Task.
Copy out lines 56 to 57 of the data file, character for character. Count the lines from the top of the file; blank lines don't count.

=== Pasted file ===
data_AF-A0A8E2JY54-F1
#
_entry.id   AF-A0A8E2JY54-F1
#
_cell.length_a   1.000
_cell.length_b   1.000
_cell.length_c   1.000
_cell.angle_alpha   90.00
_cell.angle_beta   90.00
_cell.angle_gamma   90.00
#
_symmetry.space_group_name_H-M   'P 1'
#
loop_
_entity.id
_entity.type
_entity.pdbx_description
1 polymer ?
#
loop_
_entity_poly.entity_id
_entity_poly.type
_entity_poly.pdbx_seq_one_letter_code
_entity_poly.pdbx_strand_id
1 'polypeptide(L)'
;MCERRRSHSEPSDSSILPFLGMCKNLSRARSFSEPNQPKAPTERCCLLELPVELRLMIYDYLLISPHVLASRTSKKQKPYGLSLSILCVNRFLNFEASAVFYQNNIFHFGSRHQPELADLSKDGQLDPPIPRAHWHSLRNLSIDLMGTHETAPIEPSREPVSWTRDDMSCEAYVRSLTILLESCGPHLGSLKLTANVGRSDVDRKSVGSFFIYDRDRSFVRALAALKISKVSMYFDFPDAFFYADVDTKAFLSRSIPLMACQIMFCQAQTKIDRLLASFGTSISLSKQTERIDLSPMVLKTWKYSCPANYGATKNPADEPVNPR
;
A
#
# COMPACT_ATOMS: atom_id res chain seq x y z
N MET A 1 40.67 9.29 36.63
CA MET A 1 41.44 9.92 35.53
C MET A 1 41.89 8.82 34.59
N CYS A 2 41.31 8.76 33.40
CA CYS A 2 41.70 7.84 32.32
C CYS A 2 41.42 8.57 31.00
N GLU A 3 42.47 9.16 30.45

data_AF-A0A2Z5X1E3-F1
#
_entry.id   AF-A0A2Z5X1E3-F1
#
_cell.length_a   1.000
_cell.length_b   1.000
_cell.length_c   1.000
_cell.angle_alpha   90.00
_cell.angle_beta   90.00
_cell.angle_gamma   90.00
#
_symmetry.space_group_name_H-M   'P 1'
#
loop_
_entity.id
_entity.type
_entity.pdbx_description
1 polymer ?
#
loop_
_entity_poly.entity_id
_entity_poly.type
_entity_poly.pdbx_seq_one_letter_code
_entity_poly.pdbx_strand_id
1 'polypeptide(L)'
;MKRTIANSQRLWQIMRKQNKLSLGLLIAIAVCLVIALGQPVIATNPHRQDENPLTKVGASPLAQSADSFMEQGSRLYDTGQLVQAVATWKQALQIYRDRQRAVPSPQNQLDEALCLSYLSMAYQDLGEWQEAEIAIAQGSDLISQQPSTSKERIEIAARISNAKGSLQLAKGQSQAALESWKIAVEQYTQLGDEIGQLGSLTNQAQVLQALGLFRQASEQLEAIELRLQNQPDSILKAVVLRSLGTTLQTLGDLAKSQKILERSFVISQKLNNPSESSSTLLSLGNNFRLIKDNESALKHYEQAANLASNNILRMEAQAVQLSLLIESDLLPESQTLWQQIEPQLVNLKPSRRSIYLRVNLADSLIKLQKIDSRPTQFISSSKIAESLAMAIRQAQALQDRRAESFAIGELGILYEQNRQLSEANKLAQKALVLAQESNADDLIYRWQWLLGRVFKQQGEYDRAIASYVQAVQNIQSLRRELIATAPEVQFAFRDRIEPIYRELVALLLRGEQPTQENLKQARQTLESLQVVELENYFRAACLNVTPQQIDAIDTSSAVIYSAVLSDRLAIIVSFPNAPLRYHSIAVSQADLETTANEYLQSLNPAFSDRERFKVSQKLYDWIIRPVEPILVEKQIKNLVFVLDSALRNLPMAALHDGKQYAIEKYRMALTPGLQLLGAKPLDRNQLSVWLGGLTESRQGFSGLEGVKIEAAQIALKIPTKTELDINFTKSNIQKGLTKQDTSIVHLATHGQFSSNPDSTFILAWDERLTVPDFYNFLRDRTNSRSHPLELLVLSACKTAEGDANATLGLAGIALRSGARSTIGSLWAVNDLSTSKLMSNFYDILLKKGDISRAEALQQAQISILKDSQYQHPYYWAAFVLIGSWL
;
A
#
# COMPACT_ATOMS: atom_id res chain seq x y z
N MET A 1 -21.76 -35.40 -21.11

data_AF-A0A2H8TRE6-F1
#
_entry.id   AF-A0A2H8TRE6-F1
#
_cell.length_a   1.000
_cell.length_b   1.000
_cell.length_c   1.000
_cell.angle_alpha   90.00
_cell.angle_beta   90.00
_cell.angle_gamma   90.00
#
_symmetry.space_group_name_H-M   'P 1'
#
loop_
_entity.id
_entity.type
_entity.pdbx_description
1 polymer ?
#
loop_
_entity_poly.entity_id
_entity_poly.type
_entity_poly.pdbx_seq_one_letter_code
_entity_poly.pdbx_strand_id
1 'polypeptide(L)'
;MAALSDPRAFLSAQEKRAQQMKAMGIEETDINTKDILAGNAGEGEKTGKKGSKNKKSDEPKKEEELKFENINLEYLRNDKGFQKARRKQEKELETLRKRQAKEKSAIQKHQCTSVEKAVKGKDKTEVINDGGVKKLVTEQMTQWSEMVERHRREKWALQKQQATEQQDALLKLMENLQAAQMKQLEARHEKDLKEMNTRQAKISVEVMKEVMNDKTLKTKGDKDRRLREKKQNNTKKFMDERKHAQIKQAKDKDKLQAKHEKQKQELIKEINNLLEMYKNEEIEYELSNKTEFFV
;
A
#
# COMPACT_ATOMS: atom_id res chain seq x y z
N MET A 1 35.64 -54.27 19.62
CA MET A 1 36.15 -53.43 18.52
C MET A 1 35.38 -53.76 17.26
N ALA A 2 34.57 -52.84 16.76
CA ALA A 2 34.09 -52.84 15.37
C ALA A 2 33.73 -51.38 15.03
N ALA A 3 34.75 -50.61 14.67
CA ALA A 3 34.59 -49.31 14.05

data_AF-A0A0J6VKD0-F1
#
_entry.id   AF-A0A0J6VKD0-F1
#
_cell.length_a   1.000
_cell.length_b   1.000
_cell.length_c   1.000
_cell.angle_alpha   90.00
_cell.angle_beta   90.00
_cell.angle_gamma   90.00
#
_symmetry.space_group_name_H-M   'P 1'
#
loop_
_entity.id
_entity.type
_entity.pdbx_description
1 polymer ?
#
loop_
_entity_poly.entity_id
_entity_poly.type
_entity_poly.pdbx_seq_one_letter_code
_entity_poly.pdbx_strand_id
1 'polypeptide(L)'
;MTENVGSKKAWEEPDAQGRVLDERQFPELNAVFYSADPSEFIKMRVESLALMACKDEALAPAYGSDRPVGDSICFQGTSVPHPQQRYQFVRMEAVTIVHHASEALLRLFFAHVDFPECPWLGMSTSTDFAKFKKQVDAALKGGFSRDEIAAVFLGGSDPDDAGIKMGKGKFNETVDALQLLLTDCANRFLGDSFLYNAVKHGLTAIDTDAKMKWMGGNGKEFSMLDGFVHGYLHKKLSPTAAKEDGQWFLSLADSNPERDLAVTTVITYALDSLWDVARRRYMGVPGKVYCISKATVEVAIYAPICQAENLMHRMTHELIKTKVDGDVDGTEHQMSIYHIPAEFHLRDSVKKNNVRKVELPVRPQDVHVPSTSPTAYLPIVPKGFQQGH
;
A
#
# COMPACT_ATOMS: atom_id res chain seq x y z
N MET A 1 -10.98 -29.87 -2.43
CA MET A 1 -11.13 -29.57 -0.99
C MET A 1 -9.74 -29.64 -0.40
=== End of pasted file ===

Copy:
#
loop_